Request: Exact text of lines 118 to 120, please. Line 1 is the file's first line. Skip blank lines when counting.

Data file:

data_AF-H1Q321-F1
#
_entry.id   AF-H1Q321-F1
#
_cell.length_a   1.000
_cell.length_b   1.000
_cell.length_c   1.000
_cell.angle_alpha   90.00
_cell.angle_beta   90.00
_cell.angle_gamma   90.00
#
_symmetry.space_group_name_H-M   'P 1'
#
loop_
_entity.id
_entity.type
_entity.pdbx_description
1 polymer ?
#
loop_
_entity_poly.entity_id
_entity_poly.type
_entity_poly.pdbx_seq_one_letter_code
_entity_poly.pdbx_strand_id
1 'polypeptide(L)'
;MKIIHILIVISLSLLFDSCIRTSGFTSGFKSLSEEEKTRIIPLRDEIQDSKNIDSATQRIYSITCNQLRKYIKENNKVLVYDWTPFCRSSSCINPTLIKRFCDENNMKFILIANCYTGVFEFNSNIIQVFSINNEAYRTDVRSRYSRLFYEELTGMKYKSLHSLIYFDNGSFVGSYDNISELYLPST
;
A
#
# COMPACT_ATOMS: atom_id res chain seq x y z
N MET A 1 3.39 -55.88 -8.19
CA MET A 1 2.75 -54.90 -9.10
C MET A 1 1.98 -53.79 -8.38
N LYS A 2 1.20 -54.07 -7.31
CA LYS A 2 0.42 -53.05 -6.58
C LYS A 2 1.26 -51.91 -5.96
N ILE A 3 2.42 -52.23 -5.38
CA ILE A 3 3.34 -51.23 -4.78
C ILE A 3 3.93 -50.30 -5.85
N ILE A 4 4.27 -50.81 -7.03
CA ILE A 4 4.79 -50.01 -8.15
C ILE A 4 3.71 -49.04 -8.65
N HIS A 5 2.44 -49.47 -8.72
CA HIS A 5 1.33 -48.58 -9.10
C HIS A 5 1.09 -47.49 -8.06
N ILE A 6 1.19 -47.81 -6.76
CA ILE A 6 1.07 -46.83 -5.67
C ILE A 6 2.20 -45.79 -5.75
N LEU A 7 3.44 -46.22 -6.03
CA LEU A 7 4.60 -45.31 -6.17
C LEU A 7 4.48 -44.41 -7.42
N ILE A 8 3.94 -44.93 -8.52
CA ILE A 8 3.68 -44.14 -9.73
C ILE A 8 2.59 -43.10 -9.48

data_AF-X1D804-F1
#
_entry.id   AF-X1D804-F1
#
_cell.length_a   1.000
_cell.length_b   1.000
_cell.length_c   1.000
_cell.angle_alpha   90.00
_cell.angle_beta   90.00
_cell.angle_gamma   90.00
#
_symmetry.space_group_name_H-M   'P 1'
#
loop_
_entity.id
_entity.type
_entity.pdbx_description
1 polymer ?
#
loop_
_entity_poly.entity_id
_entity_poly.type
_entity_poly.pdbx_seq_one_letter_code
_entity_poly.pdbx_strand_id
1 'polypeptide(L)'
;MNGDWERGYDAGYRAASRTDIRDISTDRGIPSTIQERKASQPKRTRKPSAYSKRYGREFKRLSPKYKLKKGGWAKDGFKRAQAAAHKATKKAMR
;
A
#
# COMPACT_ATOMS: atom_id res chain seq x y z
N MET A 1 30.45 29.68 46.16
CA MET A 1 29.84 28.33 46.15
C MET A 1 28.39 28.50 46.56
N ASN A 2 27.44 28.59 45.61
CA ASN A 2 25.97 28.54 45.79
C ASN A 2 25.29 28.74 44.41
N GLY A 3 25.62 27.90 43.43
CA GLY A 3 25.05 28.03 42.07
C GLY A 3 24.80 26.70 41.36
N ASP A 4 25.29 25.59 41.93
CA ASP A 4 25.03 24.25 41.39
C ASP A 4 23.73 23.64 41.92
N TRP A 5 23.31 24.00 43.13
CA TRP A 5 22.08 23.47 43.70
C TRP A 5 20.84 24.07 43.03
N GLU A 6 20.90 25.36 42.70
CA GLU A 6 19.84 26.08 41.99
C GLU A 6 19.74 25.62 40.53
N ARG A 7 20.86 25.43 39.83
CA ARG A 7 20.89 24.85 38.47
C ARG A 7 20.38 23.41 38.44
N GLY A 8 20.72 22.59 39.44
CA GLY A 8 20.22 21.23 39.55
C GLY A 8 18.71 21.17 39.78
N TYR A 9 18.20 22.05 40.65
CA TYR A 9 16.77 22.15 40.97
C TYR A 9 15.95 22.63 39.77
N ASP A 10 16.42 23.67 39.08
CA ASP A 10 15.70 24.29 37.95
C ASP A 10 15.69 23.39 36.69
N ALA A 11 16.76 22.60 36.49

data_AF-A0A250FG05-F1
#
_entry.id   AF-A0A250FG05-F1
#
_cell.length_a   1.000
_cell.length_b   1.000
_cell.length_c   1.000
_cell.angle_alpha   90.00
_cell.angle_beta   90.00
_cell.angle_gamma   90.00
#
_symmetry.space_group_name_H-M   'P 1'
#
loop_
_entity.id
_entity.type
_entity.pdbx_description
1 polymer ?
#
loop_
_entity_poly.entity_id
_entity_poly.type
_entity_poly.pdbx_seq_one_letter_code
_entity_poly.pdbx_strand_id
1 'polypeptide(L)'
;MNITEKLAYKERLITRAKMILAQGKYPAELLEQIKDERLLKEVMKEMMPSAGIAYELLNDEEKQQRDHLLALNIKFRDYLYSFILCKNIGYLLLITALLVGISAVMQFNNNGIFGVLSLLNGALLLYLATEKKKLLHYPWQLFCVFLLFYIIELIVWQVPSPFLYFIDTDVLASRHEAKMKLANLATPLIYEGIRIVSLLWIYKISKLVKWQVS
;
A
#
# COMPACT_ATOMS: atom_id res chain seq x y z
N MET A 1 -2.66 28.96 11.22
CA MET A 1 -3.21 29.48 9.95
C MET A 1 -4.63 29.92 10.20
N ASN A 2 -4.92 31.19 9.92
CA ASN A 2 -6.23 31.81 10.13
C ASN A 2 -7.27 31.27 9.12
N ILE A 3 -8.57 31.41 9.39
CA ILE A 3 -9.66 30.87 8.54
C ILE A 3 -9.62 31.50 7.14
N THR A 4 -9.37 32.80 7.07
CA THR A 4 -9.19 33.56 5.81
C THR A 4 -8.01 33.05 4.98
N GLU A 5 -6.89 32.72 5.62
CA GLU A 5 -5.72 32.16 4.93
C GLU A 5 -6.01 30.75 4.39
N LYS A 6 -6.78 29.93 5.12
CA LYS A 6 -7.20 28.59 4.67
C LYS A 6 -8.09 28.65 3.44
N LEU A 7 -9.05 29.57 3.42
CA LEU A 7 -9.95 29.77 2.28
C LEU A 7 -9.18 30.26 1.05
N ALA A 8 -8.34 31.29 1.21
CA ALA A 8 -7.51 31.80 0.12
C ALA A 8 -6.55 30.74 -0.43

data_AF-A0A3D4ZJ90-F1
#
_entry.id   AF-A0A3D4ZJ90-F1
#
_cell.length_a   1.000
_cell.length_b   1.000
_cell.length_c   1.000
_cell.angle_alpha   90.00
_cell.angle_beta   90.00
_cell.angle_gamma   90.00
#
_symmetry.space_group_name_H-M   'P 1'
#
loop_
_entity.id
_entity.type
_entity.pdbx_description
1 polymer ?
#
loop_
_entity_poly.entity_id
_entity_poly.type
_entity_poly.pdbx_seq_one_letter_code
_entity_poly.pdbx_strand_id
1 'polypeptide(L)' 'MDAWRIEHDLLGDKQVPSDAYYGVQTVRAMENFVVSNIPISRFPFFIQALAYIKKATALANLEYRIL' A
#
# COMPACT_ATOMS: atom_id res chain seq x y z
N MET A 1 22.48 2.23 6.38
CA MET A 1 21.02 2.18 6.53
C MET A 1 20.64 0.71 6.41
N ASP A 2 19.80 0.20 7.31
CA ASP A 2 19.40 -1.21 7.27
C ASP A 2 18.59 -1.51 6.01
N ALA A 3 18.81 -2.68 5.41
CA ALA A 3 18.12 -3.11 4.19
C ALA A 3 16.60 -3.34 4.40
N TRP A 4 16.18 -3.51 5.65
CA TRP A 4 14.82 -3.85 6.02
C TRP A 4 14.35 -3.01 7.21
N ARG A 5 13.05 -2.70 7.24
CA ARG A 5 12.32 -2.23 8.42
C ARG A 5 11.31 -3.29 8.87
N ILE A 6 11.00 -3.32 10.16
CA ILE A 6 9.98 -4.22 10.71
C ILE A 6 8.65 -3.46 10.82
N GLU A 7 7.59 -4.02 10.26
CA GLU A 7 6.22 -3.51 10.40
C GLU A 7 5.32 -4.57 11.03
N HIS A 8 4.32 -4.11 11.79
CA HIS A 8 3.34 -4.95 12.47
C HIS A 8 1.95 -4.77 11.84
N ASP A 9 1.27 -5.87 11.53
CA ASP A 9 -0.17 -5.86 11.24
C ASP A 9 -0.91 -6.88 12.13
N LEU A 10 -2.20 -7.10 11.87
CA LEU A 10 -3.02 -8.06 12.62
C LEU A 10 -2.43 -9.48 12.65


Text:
_entry.id   AF-A0A250FG05-F1
#
_cell.length_a   1.000